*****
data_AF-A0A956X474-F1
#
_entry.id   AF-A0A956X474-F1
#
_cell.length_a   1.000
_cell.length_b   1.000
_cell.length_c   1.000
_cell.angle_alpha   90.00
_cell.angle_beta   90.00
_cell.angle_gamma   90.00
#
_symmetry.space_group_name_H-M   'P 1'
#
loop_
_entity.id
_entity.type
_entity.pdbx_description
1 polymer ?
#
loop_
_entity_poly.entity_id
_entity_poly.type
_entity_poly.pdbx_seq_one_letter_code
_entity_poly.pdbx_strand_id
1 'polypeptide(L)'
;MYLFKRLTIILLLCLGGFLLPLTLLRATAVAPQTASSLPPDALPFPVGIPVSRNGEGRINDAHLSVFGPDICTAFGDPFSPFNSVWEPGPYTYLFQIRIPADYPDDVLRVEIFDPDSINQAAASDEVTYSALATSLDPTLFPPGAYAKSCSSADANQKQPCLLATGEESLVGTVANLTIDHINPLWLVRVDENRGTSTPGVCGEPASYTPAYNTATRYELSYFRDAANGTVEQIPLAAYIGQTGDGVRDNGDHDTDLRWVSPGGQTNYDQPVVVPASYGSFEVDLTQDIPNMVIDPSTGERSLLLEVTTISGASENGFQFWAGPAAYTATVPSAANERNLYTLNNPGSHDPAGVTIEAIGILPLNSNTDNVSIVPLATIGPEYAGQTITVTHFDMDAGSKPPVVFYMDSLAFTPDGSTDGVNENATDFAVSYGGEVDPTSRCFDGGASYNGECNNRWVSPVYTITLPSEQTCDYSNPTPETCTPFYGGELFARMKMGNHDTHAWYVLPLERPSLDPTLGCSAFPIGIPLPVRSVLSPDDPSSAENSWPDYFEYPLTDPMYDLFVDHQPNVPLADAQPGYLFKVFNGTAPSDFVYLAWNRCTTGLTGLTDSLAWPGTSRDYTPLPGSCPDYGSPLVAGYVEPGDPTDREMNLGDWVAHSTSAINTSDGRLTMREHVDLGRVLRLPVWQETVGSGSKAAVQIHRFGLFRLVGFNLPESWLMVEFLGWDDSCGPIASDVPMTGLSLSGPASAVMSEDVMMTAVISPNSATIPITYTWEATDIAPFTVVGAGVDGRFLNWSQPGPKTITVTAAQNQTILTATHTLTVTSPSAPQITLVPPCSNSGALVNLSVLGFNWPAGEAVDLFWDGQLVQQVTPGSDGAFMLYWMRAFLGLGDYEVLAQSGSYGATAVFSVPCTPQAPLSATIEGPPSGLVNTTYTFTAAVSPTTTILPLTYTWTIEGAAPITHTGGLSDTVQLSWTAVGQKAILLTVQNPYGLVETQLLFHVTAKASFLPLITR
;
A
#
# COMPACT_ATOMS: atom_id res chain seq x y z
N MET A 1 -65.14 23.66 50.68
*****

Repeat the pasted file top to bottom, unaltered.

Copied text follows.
data_AF-A0A956X474-F1
#
_entry.id   AF-A0A956X474-F1
#
_cell.length_a   1.000
_cell.length_b   1.000
_cell.length_c   1.000
_cell.angle_alpha   90.00
_cell.angle_beta   90.00
_cell.angle_gamma   90.00
#
_symmetry.space_group_name_H-M   'P 1'
#
loop_
_entity.id
_entity.type
_entity.pdbx_description
1 polymer ?
#
loop_
_entity_poly.entity_id
_entity_poly.type
_entity_poly.pdbx_seq_one_letter_code
_entity_poly.pdbx_strand_id
1 'polypeptide(L)'
;MYLFKRLTIILLLCLGGFLLPLTLLRATAVAPQTASSLPPDALPFPVGIPVSRNGEGRINDAHLSVFGPDICTAFGDPFSPFNSVWEPGPYTYLFQIRIPADYPDDVLRVEIFDPDSINQAAASDEVTYSALATSLDPTLFPPGAYAKSCSSADANQKQPCLLATGEESLVGTVANLTIDHINPLWLVRVDENRGTSTPGVCGEPASYTPAYNTATRYELSYFRDAANGTVEQIPLAAYIGQTGDGVRDNGDHDTDLRWVSPGGQTNYDQPVVVPASYGSFEVDLTQDIPNMVIDPSTGERSLLLEVTTISGASENGFQFWAGPAAYTATVPSAANERNLYTLNNPGSHDPAGVTIEAIGILPLNSNTDNVSIVPLATIGPEYAGQTITVTHFDMDAGSKPPVVFYMDSLAFTPDGSTDGVNENATDFAVSYGGEVDPTSRCFDGGASYNGECNNRWVSPVYTITLPSEQTCDYSNPTPETCTPFYGGELFARMKMGNHDTHAWYVLPLERPSLDPTLGCSAFPIGIPLPVRSVLSPDDPSSAENSWPDYFEYPLTDPMYDLFVDHQPNVPLADAQPGYLFKVFNGTAPSDFVYLAWNRCTTGLTGLTDSLAWPGTSRDYTPLPGSCPDYGSPLVAGYVEPGDPTDREMNLGDWVAHSTSAINTSDGRLTMREHVDLGRVLRLPVWQETVGSGSKAAVQIHRFGLFRLVGFNLPESWLMVEFLGWDDSCGPIASDVPMTGLSLSGPASAVMSEDVMMTAVISPNSATIPITYTWEATDIAPFTVVGAGVDGRFLNWSQPGPKTITVTAAQNQTILTATHTLTVTSPSAPQITLVPPCSNSGALVNLSVLGFNWPAGEAVDLFWDGQLVQQVTPGSDGAFMLYWMRAFLGLGDYEVLAQSGSYGATAVFSVPCTPQAPLSATIEGPPSGLVNTTYTFTAAVSPTTTILPLTYTWTIEGAAPITHTGGLSDTVQLSWTAVGQKAILLTVQNPYGLVETQLLFHVTAKASFLPLITR
;
A
#
# COMPACT_ATOMS: atom_id res chain seq x y z
N MET A 1 -65.14 23.66 50.68